Extra £26 is quite a lot of money for a tiny competition. I find the other satellite suggesting hilarious as that would cost hundreds of pounds for another small competition. Looking it up, the Copenhagen competition only had 13 entires in WF. How could anyone justify it unless they were doing the A grade circuit as well?

Saxon
-11th May 2008, 12:34
The point I was making is that last year the competition organisers were insisting on stripes despite evidence that they are not needed. Why the change?
Check P.E.'s link above, and ponder on the meaning of the forum handle "Coupe du Nord"

riposteinprime
-11th May 2008, 12:48
Check P.E.'s link above, and ponder on the meaning of the forum handle "Coupe du Nord"

Bloody hell. I've never disputed it. I just want to know why the change in policy when they were so fiercely adamant about it 6 months ago.

Saxon
-11th May 2008, 13:00
Bloody hell. I've never disputed it. I just want to know why the change in policy when they were so fiercely adamant about it 6 months ago.

Sorry to labour the point, but who is "they"?

riposteinprime
-11th May 2008, 13:05
Sorry to labour the point, but who is "they"?

satellite competition organisers.

Foilling Around
-11th May 2008, 15:35
But again, thats two referees of which only one is FIE (nothing against your refereeing).

No offence taken, I have no intention of becoming an FIE referee.



Again I agree, but the WC points are useless unless you are doing senior A grades. The top seniors should be made to do this competition to assist seeding for next year. Is Alex O'C doing the event to assist his Olympic seeding?

No of course Alex is not doing the Gateshead, because he already has points from full world cups. There are other sabreurs who do not have so many full WC points for whom it would be useful.

I don't dispute that WF has problems world wide not just in the UK. The numbers involved are small, but the quality is high so there are no international events on which to "cut you teeth". It makes it less than cost effective to travel abroad.



Extra £26 is quite a lot of money for a tiny competition. I find the other satellite suggesting hilarious as that would cost hundreds of pounds for another small competition. Looking it up, the Copenhagen competition only had 13 entires in WF. How could anyone justify it unless they were doing the A grade circuit as well?

Glad you have a sense of humour!

1) It makes little difference whether there are 13 or 33 fencers in an event, you still get a poule of 6 or 7 followed by DEs. To win it you have 4 DEs with a field of 16 and you only have 2 more fights in a field of 64! And you get to fence those with different styles and abilities.

2) If you prepare well in advance as an adult you can fly to Amsterdam and stay 2 nights for say £150. Treat it as a weekend holiday as well!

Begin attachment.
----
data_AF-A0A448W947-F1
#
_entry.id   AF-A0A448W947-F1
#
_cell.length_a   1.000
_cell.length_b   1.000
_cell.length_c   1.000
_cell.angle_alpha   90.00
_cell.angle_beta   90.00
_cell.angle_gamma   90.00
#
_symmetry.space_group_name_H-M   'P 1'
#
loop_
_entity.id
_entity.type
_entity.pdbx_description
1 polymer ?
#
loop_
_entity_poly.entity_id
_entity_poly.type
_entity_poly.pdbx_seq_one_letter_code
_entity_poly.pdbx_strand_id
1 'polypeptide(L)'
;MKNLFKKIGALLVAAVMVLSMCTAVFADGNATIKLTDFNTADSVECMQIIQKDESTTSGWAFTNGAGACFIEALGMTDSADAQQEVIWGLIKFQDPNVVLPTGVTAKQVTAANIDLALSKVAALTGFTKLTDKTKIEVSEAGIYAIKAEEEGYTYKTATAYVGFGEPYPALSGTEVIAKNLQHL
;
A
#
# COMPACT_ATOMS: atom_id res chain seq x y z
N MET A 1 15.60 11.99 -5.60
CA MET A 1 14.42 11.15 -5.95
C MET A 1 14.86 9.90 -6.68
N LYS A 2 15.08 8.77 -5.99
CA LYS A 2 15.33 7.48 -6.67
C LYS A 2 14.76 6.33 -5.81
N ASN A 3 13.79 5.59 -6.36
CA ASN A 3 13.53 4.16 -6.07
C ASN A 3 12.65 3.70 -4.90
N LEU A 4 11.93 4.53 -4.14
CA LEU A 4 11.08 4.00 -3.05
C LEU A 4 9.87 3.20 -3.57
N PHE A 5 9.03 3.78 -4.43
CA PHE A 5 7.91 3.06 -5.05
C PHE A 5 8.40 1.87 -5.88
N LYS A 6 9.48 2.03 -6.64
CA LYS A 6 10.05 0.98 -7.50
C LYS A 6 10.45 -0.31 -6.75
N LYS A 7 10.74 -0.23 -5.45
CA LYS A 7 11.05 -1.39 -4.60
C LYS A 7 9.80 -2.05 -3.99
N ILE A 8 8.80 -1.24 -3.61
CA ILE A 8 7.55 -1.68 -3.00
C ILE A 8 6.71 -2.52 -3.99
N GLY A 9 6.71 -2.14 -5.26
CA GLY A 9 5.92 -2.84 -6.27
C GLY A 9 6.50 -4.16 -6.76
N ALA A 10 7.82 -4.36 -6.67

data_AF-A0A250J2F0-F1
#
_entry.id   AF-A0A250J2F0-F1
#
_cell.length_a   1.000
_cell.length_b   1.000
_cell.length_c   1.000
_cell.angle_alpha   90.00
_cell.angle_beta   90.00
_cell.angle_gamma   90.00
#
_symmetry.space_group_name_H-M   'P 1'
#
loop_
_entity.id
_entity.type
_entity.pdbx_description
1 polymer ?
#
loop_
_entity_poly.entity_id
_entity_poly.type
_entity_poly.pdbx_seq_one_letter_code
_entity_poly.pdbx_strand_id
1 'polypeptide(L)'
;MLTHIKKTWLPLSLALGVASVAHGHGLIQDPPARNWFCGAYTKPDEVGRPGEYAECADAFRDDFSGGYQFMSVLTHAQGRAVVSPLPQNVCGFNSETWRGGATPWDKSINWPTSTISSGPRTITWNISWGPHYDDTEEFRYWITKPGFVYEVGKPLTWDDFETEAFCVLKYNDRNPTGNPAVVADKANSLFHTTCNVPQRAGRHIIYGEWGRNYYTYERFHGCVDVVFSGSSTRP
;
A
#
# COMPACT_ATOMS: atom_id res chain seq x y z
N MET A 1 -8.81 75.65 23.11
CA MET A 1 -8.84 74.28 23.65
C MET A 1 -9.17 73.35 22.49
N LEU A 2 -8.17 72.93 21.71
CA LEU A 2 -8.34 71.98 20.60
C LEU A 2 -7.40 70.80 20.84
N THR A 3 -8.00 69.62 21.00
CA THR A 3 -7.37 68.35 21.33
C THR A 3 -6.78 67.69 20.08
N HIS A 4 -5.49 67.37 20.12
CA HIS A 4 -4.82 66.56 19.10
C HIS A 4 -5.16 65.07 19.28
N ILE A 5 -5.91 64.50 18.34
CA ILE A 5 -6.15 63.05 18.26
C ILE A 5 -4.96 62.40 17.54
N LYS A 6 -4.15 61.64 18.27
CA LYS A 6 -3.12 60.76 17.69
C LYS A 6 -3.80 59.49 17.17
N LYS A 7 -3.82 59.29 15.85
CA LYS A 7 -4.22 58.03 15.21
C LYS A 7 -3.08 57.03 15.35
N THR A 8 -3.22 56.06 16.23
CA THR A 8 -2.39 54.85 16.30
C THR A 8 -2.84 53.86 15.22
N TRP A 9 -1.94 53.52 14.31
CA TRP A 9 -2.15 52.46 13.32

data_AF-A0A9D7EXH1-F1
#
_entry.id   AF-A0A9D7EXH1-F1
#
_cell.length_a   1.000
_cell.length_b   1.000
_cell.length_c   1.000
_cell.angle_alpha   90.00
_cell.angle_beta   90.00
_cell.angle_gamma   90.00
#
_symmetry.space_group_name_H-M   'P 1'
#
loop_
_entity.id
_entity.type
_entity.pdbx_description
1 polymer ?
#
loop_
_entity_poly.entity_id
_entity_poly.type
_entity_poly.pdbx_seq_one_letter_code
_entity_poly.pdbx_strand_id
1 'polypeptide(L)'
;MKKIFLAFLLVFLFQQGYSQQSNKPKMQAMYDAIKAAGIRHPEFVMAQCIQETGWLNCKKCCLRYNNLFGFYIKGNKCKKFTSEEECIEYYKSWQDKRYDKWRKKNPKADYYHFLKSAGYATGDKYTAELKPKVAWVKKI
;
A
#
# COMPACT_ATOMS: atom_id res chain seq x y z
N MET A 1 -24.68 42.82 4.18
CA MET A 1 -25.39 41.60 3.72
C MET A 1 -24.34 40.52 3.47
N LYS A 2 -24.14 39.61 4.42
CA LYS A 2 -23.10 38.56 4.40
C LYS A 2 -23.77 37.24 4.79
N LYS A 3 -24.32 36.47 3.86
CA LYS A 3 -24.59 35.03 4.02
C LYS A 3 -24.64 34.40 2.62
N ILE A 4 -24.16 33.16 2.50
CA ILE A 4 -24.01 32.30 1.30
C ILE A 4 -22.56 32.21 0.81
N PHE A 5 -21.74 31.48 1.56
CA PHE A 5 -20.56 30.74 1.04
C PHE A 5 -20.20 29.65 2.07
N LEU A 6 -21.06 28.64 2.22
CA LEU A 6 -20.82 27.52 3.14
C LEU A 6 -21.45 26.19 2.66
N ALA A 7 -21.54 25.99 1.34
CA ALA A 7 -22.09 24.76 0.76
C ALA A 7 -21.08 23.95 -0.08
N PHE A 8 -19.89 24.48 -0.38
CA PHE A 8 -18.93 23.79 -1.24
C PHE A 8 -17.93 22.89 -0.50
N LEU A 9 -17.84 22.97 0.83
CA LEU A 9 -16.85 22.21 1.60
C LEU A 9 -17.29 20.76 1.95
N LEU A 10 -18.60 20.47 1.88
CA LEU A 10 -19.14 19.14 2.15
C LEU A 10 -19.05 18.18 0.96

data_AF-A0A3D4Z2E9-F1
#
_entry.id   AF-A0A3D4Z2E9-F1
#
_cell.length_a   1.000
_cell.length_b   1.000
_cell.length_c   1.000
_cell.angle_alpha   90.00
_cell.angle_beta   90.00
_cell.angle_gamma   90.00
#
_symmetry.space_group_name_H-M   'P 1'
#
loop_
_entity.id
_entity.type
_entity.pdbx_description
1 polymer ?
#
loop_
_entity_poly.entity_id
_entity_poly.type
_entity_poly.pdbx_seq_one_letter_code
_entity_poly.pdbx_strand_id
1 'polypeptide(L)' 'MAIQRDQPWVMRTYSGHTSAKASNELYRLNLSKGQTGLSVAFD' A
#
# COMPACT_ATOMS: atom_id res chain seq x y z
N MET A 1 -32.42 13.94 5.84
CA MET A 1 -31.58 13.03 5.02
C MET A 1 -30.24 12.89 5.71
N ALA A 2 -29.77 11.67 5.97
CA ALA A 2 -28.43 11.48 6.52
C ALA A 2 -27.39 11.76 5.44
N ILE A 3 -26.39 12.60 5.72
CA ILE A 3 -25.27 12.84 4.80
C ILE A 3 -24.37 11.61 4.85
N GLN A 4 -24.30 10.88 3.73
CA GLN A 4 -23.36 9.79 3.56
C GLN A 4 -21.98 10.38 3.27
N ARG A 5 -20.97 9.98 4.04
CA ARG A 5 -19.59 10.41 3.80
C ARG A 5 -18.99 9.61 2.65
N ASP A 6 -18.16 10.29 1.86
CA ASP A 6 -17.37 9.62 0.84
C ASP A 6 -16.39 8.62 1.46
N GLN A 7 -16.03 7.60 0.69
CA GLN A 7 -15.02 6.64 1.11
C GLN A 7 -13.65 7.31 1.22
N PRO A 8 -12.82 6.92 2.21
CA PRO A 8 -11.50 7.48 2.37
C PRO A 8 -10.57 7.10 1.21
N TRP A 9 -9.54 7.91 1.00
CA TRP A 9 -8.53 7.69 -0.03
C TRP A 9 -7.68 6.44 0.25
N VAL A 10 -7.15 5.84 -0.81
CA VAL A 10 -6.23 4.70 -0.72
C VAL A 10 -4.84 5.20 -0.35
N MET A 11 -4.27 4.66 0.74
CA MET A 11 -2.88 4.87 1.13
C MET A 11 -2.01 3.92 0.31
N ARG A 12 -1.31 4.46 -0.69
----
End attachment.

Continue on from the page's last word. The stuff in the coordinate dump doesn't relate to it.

OK RIP - for you the cup is half empty (more like three quarter from what I can see) whereas for me it is half full.

I may very well end up more frustrated with life, but I hope I will make more of a positive difference as well!!

pinkelephant
-11th May 2008, 15:37
Satellite competition organisers were told by the FIE to apply the rules for Junior World Cups. At the time that included stripes from the L32. That has no longer been the case at Junior World Cups for a few years (name and country code needed throughout, but no stripes). As far as I can tell, it has simply taken satellite organisers a while to catch up.

JulianRose
-11th May 2008, 15:44
No offence taken, I have no intention of becoming an FIE referee.




No of course Alex is not doing the Gateshead, because he already has points from full world cups. There are other sabreurs who do not have so many full WC points for whom it would be useful.



given that satellites no longer get substituted it is worthwhile until you are counting the maximum number of A-grades you can from any one zone, and even then only if they are better results than the 4 points you can get from a satellite.

rugmike
-11th May 2008, 16:36
Don't know anything about WF ,or indeed much F or E in general, but Red is right as far as sabre goes - most of those likely to enter have the kit anyway, it's in your own interests to do so.

And as for the "do satellites/don't" etc.... The Cdu N's we've been to ( inc. Barry's !) have all been some of the very best organized events, and the folk helpful and friendly, and very understanding - i.e. being very nice about a certain country turning up with too many fencers and not enough ref's.

And other European ones have a real mix of good fencers from all over Europe.
So yes, it's worth having a bit of a holiday now and then !

Dunno about the getting organized bit tho.

canco
-11th May 2008, 22:31
So back to the question I was asking at the start of the thread...

Why people aren't going to the satellites seems to be addressed by RIP, whether people agree with him or not doesn't matter if they're not alone in their opinion.

How can we change this view? When people say that WF is neglected, how do they mean? (I'm ignorant on this one)

Red
-11th May 2008, 23:32
So back to the question I was asking at the start of the thread...